Living with leopards: taking forward Corbett’s legacy

  • Tales of man-eating leopards have dominated the landscape of Uttarakhand since the days of Jim Corbett in the 1900s, whose 145th birth anniversary is on July 25.
  • Leopards are not only facing a loss of habitat but also the lack of prey availability and poaching. The increase in the number of tigers in the state has also forced them to move up the hills where human-animal interactions have increased.
  • In the last one decade in Uttarakhand, more than 300 humans have been killed and 2,000 injured in human-wildlife interactions.
  • A school teacher, who is popularly known as ‘Corbett of Chamoli’, is educating the hill residents how to coexist with wild animals.

Almost a hundred years ago, conservationist Jim Corbett rescued the people of Rudraprayag in India’s northern state of Uttarakhand, from the terror of a ‘man-eater’ that had claimed at least 125 human lives in the span of just eight years. The tale of this man-eater, that operated along the pilgrim route from Rishikesh to Kedarnath shrine, is documented by Corbett in one of his books – ‘The Man-Eating Leopard of Rudraprayag’.  “No curfew order has ever been more strictly enforced, and more implicitly obeyed, than the curfew imposed by the man-eating leopard of Rudraprayag,” wrote Corbett while describing the fear unleashed by the leopard. By the time Corbett eliminated this leopard, its stories were mentioned in the newspapers of India and several other countries including the United Kingdom, Australia, Canada and the United States of America.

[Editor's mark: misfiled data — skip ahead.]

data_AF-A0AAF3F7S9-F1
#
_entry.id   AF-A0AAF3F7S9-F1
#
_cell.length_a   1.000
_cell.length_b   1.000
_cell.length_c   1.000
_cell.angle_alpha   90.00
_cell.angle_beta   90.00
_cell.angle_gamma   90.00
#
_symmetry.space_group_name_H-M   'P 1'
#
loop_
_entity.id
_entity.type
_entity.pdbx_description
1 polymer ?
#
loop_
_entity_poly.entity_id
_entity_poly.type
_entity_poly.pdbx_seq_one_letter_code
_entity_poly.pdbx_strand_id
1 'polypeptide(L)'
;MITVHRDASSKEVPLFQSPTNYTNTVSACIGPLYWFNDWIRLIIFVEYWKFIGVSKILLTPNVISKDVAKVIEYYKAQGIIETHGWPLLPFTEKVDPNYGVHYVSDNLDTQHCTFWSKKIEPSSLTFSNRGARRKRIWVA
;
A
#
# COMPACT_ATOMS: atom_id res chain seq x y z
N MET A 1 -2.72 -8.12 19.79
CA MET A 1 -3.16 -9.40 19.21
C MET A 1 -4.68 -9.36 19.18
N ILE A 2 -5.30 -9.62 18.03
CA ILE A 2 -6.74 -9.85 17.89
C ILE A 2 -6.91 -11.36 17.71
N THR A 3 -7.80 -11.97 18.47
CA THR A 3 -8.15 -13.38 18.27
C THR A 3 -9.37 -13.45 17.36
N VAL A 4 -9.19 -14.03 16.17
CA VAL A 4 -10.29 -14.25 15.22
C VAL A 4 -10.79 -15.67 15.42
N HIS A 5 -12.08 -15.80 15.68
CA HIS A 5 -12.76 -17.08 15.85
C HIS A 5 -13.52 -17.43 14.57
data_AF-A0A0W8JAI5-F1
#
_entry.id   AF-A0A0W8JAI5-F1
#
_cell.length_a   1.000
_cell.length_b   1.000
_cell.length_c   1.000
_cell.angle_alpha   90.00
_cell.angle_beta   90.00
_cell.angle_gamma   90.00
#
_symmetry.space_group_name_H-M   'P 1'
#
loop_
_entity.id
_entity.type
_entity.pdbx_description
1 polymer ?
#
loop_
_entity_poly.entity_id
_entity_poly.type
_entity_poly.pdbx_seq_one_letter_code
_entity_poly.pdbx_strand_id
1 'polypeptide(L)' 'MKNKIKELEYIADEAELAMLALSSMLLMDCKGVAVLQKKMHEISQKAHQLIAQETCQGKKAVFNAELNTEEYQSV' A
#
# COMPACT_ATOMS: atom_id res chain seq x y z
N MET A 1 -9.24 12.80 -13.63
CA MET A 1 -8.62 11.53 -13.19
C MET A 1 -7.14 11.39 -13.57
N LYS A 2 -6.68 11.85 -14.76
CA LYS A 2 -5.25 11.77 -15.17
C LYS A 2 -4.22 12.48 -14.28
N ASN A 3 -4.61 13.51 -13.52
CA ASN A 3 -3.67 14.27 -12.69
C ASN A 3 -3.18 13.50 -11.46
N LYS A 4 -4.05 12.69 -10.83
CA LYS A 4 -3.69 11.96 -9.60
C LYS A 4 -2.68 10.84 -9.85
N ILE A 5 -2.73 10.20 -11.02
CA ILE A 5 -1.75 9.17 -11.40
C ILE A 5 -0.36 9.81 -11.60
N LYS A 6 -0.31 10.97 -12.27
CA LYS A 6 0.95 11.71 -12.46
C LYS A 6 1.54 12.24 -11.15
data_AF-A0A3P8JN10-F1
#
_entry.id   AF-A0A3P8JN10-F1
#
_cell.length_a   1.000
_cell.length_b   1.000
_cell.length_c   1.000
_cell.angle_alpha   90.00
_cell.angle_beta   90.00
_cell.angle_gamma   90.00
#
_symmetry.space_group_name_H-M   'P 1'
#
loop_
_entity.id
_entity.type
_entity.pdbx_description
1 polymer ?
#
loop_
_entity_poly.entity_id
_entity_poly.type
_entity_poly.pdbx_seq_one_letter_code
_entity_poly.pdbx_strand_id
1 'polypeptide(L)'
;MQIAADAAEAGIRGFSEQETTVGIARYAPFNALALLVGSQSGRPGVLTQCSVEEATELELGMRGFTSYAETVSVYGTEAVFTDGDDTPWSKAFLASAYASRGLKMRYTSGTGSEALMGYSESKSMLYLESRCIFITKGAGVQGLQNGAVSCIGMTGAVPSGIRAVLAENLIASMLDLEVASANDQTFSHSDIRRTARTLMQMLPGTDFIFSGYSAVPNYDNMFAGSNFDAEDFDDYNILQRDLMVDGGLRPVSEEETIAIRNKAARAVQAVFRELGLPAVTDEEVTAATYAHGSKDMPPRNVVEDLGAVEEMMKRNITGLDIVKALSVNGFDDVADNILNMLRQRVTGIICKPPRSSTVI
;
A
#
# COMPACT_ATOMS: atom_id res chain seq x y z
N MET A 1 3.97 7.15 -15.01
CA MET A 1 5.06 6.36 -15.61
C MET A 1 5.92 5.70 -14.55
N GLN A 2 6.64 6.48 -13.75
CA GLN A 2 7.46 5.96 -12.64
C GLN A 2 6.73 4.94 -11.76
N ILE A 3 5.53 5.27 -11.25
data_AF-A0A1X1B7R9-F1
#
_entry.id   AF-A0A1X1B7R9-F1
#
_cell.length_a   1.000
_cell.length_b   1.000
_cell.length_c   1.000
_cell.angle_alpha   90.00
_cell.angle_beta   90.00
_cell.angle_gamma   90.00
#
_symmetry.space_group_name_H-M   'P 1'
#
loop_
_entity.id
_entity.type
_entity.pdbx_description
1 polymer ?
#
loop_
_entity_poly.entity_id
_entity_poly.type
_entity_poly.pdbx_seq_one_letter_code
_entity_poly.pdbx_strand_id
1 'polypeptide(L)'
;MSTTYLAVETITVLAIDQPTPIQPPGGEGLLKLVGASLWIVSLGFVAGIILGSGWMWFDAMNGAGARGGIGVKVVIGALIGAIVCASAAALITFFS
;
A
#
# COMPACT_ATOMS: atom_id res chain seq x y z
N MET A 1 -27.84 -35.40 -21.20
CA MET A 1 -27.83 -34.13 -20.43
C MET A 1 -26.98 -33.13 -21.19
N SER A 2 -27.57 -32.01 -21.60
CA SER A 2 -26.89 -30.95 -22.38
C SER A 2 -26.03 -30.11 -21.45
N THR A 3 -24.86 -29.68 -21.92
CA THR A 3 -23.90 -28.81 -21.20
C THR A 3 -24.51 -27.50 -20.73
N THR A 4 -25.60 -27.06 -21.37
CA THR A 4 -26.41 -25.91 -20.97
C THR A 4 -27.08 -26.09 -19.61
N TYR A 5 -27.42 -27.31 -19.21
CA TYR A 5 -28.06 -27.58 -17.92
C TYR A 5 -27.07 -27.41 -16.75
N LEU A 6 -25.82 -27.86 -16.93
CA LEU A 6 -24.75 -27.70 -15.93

On July 25, wildlife enthusiasts and nature lovers celebrate the 145th birth anniversary of conservationist Jim Corbett who protected the village residents of Kumaon and Garhwal regions of Uttarakhand from the wrath of several man-eaters, yet held a very high opinion about the majestic cats that roamed freely and in good number, in the Himalayan jungles. If he called the tiger “a large-hearted gentleman with boundless courage”, he described leopards as “the most beautiful and most graceful of all animals” who according to him was “second to none in courage.” 

Jim Corbett’s home in Kaladhungi in Uttarakhand is now a museum that attracts Corbett fans for his memories. Photo by Lalit Kumar Joshi.

However today, the leopard isn’t in good shape as its number is dwindling fast due to several natural and human-induced factors. Besides, the number of people killed by leopards is also increasing in the villages of Uttarakhand which creates panic and forces people to migrate out from villages.  

Threatened despite adaptability 

It is estimated that India has around 12,000-14,000 leopards (commonly called guldaar in hills) all over the country and half of them live in or around the protected forests. There were a total of 703 leopards in Uttarakhand, in 2018. Unlike tigers, leopards are highly adaptive to surroundings. They fall in the ‘Schedule 1 ’ category of India’s Wildlife Protection Act 1972 which means they are among the list of other protected animals like tigers and lions and their illegal killing or poaching invokes equally harsh punishment. 

Despite this level of protection, the records of the forest department show that more than 1,200 leopards have been killed in Uttarakhand since it’s formation in November 2000. Experts state that leopards are among the most “endangered” species today.  

“Although the leopard is still commonly seen in our surroundings, scientific studies highlight that their number is declining. We have much fewer leopards at the moment. This is despite the fact that leopards can easily adapt to adverse surroundings. While tigers need large protected and disturbance-free forests with abundant availability of big prey like sambar and cheetal (spotted deer) to survive, leopards can live on scavenging around the human habitat. They can feed themselves on anything like poultry waste or even hospital waste,” Bivash Pandav, a senior scientist with the Wildlife Institute of India (WII), told Mongabay-India.